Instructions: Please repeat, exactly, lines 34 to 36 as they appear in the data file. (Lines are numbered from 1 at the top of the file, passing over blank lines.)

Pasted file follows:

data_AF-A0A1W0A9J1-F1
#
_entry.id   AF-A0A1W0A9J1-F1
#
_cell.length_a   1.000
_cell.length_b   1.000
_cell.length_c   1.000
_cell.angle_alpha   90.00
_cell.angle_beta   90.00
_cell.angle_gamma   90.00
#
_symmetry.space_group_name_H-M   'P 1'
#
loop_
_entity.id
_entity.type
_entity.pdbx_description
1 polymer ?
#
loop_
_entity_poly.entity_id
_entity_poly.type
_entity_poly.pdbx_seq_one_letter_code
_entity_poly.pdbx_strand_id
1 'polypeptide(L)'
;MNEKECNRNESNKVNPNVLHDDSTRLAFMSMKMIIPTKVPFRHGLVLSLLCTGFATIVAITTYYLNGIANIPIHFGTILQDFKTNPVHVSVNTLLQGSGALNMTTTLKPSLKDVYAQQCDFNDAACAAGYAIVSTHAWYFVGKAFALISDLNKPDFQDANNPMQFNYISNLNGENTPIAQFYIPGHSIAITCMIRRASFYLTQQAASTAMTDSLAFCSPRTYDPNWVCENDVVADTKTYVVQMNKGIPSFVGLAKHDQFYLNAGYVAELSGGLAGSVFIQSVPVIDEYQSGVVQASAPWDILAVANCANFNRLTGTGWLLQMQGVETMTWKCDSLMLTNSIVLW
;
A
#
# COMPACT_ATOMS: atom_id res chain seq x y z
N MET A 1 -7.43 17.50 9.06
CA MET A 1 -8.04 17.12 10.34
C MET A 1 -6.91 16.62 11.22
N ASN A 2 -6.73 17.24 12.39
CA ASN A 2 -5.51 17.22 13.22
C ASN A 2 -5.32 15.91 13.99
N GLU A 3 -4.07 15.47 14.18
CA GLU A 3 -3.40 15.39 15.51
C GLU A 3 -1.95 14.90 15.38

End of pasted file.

N ASN A 2 -6.73 17.24 12.39
CA ASN A 2 -5.51 17.22 13.22
C ASN A 2 -5.32 15.91 13.99